A nonprofit publication of the Kentucky Center for Public Service Journalism

Baseball superfan Dale Silver hits a homerun as this year’s president of Rosie Reds, promoting charities

By Vicki Prichard
NKyTribune reporter

Growing up, Dale Silver spent summers watching her father’s knothole baseball teams as they won one victory after the next.

With 16 consecutive City Champ victories, her father was inducted into the Delhi Hills Athletic Association and the Price Hill Athletic Association Hall of Fame.

Silver took to the field, too, playing softball all her life. As she got older, she played on a Wednesday night ladies league with her dad as their coach.

“It was hilariously different for him than coaching guys,” says Silver.

Dale Silver loves baseball

Dale Silver loves baseball

Suffice it to say, baseball has played a key role in Silver’s life. In the last 20 years she’s missed only one Cincinnati Reds opening day, and she attends about 25 home games a year. She’s traveled to 25 of the 30 ballparks around the country – so far.

This year, Silver, a lifelong baseball fan – and athlete in her own right – will serve as the president of Rosie Reds, a philanthropic social organization focused on supporting the Cincinnati Reds.

Rosie Reds – Rooters Organized to Stimulate Interest and Enthusiasm in the Cincinnati Reds — was formed in 1964, when there was a risk that Cincinnati would lose a National League Baseball franchise. Rumor had it that Red’s owner Bill Dewitt was considering moving the team’s franchise to another city due to dwindling attendance and little community interest in the sport.

Cincinnati Unlimited, a civic organization associated with the Cincinnati Chamber of Commerce, organized the Committee of 40, which included prominent business leaders. Subcommittees soon formed and a women’s committee, which came up with a range of ideas to encourage women and families to attend games. Enthusiasm in the women’s committee grew and the Rosie Reds were born.

“My love for baseball continues to grow through the Rosie Reds,” says Silver, who became determined to increase awareness of the organization’s mission when she served as the organization’s vice president.

Photo provided by Dale Silver

Dale threw out the first pitch

“That was my first goal to ensure we got every bit of publicity for that during my tenure as vice president and now president,” says Silver. “I believe we’re starting to accomplish that.”

Two years ago, Silver chaired the organization’s 50th anniversary celebration at the Riverfront Club. More than 200 guests attended the event, including their mascot, Rosie, whom Silver says is a huge supporter of the Rosie Reds and attends every event they host. During the 50th anniversary, local network affiliates covered the event, allowing Silver to promote the philanthropic message to the community.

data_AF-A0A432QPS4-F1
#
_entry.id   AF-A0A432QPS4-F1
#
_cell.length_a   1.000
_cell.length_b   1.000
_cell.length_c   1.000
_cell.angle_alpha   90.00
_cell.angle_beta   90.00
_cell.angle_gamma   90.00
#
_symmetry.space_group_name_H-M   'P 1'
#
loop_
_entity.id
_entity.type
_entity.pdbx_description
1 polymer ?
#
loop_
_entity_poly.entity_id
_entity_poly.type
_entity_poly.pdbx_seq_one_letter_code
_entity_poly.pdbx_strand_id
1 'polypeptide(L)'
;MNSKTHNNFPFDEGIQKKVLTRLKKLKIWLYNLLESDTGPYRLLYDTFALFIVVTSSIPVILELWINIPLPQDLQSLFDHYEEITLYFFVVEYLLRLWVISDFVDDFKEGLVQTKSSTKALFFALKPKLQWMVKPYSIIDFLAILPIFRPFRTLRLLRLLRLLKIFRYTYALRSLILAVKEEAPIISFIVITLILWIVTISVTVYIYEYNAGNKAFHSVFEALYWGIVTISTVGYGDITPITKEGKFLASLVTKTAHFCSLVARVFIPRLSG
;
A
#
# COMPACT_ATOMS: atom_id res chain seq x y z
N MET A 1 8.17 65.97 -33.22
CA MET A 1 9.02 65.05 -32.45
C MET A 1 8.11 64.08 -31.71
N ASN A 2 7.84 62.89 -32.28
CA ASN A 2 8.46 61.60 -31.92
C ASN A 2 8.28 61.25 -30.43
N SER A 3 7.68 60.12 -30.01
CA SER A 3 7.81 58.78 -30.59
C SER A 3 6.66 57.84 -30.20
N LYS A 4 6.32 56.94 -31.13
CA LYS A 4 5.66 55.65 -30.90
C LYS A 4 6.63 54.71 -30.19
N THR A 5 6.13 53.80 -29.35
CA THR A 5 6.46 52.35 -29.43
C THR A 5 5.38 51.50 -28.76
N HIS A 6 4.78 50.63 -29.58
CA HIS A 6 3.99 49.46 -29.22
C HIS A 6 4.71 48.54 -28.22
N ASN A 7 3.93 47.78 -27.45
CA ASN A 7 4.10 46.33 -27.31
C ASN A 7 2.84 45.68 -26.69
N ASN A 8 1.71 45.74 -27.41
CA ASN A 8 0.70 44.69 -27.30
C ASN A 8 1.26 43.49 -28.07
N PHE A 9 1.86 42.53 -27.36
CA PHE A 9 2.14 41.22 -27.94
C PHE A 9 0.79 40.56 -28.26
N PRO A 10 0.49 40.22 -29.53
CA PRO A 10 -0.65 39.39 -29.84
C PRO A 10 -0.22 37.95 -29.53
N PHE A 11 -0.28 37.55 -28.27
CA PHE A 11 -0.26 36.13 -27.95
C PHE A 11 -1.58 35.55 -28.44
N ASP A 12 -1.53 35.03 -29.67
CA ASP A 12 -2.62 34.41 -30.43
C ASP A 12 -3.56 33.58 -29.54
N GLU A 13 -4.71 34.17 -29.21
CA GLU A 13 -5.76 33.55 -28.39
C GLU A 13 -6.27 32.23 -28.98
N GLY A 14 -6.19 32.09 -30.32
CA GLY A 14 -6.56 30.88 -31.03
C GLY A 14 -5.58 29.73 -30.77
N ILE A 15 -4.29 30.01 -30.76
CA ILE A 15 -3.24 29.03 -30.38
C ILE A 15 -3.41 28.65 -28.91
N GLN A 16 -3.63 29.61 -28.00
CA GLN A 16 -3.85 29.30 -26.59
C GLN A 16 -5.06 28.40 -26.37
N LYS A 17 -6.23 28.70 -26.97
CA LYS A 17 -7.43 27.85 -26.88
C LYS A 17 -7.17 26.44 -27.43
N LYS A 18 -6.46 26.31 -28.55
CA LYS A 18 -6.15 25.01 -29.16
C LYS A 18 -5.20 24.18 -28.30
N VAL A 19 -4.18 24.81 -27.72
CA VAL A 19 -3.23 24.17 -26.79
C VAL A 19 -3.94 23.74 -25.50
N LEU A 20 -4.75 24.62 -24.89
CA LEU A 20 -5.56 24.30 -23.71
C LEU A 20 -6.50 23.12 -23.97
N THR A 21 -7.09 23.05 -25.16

Today, the nine area colleges receive $3,000 each for their baseball programs and the Kid Glove Association receives $4,000 each year.

“We had increased that amount in 2014, and hope to add to these amounts whenever it becomes possible,” says Silver.

In addition to her role with the Rosie Reds, Silver is client services manager with C-Forward Information Technologies in Covington. She’s also active in the Northern Kentucky Chamber of Commerce, where she is an executive board member on the chamber’s board of directors and is vice chair.

Rosie Red

Rosie Red

Silver says the Cincinnati Reds are very supportive of the Rosie Reds, providing a number of opening day tickets to Rosie Reds members. She says the team tries to accommodate all requests throughout the year.

“We love our partnership as both organizations want to promote baseball in Cincinnati and encourage families to support our team,” says Silver.

The Reds Hall of Fame is a great partner as well, she says, giving all Rosie Reds members a discount to join the Hall of Fame. Silver says many Rosie Reds members volunteer to work at the Reds Hall of Fame.

Some of the organization’s original goals, she says, were to allow members to register online, engage marketing volunteers to design and update the website, automate printing, stuffing and mailing for the invites to the many events they host. They accomplished those goals in two years.

“In the next three years, I hope to accomplish two goals,” says Silver “We are working with the Reds to find a corporate partner to help promote and further our mission. Finding this partner is intricately tied to the next goal that is shared by the Rosie Red Board – to build a namesake Rosie Reds Ball Field, thru the Reds Community Fund.”

Silver says those are both huge goals that the Rosie Reds board is working diligently to make a reality in the near future.

Rosie Reds events are published on the organization’s website. They include Reds games, special lunches, Ohio River boat cruises, annual trips to baseball in other cities and a Reds cruise in the fall.

Dale with a few of her friends

Dale with a few of her friends

Many of the events, says Silver, are closed to the public so they encourage individuals to join the Rosie Reds until they reach their charter of 3,000 members,

“We are very close,” says Silver. “We offer memberships to women, men and children. All events are fundraisers to support our colleges and Kid Glove.”

The Rosie Reds have 21 volunteer trustees and seven executive board members. They have no paid staff.

Silver says the board is “wonderful” to work with and collaborative in coming up with ways to offer the best benefits to members.

“I know I love the mission of the Rosie Reds, as do all our volunteer members. We couldn’t accomplish half of what we do with them,” says Silver.

To learn more about the Rosie Reds, visit www.rosiereds.com, or contact Dale Silver at rosiereds@reds.com.

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